Presented in conjunction with National Science Week, the HMRI Kids Health Public Seminar features the Hunter region’s leading paediatric researchers. Their work is focused on research into children’s health, improving the wellbeing of children now and helping them to grow up well.
HMRI will also be opening it's doors for a behind the scenes lab tour where the public can learn about the latest discoveries in medical research.
This event is supported by the Hunter Science Hub.
4:30pm Lab Tours will begin, 20 people per group. Registrations Essential.
5:30-7:00pm (Researcher Presentations) | 7:00-7.30pm: Informal question time, networking and refreshments (end of event)
Prof Mattes is the director of the Priority Research Centre GrowUpWell at the University of Newcastle where he is Chair and Discipline lead of Paediatrics. He also practices as a Paediatric Respiratory and Sleep Medicine Physician (FRACP) at John Hunter Children’s Hospital. Joerg’s research has focused on the pathogenesis of asthma, allergies and respiratory infections. He conducts epidemiological studies (e.g. birth cohort studies on the effect of asthma during pregnancy), clinical studies (e.g. improved diagnostic algorithm for peanut allergy employing exhaled nitric oxide), studies of experimental asthma and rhinovirus infection (e.g. role of micro(mi)RNAs and TRAIL/MID1/PP2A). Joerg also established the NSW Children and Infants lung function CEntre (NICE) in order to investigate the origins of asthma in early life on a physiological, cellular and molecular level.
Dr Nightingale is a paediatric gastroenterologist and hepatologist based at John Hunter Children’s Hospital in Newcastle and a clinical researcher in the Priority Research Centre GrowUpWell at the University of Newcastle and HMRI. Scott’s research interests include eosinophilic oesophagitis and biliary atresia. He is also currently collaborating in a number of international multicentre drug trials for hepatitis C infection and a rare metabolic liver disease known as lysosomal acid lipase deficiency.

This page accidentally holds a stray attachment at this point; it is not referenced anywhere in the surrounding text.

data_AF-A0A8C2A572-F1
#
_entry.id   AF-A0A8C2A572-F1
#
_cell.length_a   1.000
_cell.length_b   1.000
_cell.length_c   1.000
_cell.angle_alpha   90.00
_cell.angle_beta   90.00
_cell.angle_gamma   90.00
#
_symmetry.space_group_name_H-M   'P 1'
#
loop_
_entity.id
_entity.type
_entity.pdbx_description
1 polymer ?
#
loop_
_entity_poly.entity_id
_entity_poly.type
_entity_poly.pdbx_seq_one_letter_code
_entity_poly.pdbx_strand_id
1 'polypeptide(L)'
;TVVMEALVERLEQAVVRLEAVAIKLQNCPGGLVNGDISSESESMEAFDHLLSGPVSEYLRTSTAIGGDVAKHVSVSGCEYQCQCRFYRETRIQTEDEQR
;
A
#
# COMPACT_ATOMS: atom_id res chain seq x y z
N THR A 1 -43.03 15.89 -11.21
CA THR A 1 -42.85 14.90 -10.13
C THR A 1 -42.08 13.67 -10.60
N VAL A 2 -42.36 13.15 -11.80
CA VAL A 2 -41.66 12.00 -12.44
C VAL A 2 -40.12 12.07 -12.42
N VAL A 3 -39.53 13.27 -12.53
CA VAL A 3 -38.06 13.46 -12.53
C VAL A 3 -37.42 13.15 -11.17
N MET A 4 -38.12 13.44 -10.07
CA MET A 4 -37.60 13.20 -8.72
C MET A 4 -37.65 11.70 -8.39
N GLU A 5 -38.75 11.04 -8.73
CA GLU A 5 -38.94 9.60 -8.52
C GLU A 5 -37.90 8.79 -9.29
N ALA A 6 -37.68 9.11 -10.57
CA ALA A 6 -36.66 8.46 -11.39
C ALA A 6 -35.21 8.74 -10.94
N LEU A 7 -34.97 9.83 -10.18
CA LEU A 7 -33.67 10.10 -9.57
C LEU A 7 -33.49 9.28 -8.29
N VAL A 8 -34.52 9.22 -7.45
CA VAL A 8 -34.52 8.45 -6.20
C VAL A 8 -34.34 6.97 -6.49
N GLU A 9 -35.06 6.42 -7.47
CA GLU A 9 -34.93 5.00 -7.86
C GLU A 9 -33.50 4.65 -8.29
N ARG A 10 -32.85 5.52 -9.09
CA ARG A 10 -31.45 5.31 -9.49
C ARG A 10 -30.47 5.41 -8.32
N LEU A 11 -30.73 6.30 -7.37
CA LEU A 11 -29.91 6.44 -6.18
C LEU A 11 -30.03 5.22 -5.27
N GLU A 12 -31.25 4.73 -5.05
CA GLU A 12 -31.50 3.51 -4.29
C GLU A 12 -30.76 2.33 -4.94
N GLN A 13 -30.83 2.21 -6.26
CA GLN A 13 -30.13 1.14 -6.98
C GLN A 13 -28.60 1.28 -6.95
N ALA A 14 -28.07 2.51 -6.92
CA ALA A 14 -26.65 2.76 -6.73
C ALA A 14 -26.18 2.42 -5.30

Dr Rani Bhatia is a senior staff specialist in Paediatric Allergy and Immunology at John Hunter Children's Hospital Newcastle. Her interest is in food allergy and its impact on a child and family's quality of life. She is involved with research looking at new biomarkers to help with diagnosis of food allergy at the Hunter Institute of Medical Sciences. Within her own department she has been evaluating the impact food allergy has on the functioning of the family unit.
Doctor Collison is a post-doctoral researcher in the Experimental and Translational Respiratory Medicine Group in the Priority Research Centre GrowUpWell at the University of Newcastle and HMRI. His particular research interests include the role of asthma exacerbations and respiratory virus infections during pregnancy, microbiome expansion and respiratory viral infections in the first year of life and their relationship to the development of asthma and allergy in childhood.
Dr Wood is Associate Professor of Biomedical Science and leads the nutrition team, within the Priority Research Centre (PRC) for Healthy Lungs and the GrowUpWell PRC at the University of Newcastle, Australia. Dr Wood’s research focuses on studying the role of nutrition in airways disease, with a particular interest in obesity, fatty acids, antioxidants and fibre. She has published >100 peer reviewed manuscripts in this area and has contributed to developing the evidence base to inform disease management guidelines, such as the Australian Asthma Handbook and the National Asthma Council of Australia ‘Healthy Lifestyles’ brochure series.